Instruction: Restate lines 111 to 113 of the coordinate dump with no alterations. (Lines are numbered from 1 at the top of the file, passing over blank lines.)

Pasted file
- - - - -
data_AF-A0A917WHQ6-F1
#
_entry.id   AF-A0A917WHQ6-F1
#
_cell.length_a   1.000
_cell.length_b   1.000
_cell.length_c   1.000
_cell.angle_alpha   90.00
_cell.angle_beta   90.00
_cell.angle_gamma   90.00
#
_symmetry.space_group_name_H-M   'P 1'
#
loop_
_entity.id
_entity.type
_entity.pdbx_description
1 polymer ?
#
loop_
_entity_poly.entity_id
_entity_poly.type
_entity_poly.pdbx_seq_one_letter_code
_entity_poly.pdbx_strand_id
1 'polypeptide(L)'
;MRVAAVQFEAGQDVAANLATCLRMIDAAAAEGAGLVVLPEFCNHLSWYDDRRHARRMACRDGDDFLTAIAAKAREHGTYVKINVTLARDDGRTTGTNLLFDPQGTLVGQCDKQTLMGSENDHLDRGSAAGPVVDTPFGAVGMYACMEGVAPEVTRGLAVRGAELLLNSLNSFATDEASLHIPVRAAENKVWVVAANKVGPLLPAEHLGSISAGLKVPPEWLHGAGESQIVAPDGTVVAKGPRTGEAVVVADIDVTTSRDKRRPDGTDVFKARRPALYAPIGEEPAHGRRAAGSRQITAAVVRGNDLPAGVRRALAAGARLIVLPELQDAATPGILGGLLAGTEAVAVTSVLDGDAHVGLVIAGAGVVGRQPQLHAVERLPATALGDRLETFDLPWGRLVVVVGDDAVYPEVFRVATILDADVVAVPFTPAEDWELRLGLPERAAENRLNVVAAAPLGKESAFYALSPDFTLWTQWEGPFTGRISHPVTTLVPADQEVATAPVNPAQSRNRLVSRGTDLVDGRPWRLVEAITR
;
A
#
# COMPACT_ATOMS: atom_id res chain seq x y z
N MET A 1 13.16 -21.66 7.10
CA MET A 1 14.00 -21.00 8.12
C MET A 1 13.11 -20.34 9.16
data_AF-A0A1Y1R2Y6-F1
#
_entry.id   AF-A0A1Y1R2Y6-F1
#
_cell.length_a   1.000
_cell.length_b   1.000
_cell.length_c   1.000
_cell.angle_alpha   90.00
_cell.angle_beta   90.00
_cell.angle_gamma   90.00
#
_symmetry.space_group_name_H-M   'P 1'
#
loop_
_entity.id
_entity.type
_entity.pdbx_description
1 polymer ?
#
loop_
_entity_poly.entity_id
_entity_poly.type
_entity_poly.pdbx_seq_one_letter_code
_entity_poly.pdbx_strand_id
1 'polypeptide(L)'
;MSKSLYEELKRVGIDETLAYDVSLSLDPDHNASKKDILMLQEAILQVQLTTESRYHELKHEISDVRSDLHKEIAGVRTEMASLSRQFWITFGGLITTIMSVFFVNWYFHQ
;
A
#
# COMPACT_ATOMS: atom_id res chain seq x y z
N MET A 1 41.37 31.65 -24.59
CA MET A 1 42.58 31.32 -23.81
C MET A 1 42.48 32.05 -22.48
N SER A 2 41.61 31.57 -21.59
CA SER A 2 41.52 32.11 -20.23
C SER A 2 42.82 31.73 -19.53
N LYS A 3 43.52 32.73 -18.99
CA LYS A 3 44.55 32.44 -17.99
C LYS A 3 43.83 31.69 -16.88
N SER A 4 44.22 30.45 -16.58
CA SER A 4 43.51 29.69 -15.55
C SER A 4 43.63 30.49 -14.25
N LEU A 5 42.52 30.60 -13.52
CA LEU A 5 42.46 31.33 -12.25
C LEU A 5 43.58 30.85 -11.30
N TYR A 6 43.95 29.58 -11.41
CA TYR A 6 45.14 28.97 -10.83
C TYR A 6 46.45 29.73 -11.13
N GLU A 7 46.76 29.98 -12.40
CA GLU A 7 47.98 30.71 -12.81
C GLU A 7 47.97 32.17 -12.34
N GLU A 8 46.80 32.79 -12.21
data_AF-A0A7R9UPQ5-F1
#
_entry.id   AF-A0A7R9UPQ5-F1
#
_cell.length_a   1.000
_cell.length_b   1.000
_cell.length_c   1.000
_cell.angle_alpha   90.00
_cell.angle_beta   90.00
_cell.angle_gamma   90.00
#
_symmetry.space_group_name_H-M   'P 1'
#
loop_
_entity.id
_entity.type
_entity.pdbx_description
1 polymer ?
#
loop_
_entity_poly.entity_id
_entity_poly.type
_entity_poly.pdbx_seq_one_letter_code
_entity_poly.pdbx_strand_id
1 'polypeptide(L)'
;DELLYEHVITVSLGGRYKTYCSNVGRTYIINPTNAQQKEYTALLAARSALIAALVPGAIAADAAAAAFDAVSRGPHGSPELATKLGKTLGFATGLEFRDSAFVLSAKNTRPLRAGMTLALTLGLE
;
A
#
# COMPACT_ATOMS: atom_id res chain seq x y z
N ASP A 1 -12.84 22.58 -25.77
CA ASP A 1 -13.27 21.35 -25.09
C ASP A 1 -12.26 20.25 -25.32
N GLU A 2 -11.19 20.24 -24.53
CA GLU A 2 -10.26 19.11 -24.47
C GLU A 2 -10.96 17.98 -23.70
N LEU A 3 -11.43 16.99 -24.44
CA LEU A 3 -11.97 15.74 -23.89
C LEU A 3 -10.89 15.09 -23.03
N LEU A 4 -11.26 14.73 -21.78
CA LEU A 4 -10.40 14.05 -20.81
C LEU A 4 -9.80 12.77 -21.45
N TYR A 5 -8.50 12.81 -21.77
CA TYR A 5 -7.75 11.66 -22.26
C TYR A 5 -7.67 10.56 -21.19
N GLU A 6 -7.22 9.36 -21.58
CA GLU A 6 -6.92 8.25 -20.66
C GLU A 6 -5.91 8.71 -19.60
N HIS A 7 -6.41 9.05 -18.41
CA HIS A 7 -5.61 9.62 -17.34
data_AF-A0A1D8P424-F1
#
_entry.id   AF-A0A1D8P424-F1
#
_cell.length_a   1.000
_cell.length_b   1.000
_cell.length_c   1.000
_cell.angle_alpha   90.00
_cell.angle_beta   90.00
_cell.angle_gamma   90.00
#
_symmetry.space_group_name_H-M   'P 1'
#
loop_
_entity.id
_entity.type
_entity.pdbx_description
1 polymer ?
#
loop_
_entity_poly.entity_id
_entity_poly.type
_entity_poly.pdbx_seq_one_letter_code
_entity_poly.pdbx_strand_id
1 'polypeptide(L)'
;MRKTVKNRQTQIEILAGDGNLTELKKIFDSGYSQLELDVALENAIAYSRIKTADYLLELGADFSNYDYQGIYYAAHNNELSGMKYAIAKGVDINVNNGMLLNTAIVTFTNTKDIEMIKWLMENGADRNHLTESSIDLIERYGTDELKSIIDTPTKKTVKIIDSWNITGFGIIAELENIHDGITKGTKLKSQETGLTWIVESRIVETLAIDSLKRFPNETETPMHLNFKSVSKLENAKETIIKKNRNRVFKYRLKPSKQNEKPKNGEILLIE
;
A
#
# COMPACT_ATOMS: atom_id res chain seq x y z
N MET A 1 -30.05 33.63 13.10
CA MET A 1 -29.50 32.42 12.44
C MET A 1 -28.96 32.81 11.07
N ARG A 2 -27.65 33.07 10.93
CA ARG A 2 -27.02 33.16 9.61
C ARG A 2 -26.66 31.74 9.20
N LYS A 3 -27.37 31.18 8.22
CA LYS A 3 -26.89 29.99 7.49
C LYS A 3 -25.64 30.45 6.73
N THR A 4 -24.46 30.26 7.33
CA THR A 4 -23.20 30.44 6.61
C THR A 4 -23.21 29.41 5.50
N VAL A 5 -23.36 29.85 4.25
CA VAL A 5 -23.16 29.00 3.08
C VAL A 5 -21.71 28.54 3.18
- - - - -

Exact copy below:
;DELLYEHVITVSLGGRYKTYCSNVGRTYIINPTNAQQKEYTALLAARSALIAALVPGAIAADAAAAAFDAVSRGPHGSPELATKLGKTLGFATGLEFRDSAFVLSAKNTRPLRAGMTLALTLGLE
;
A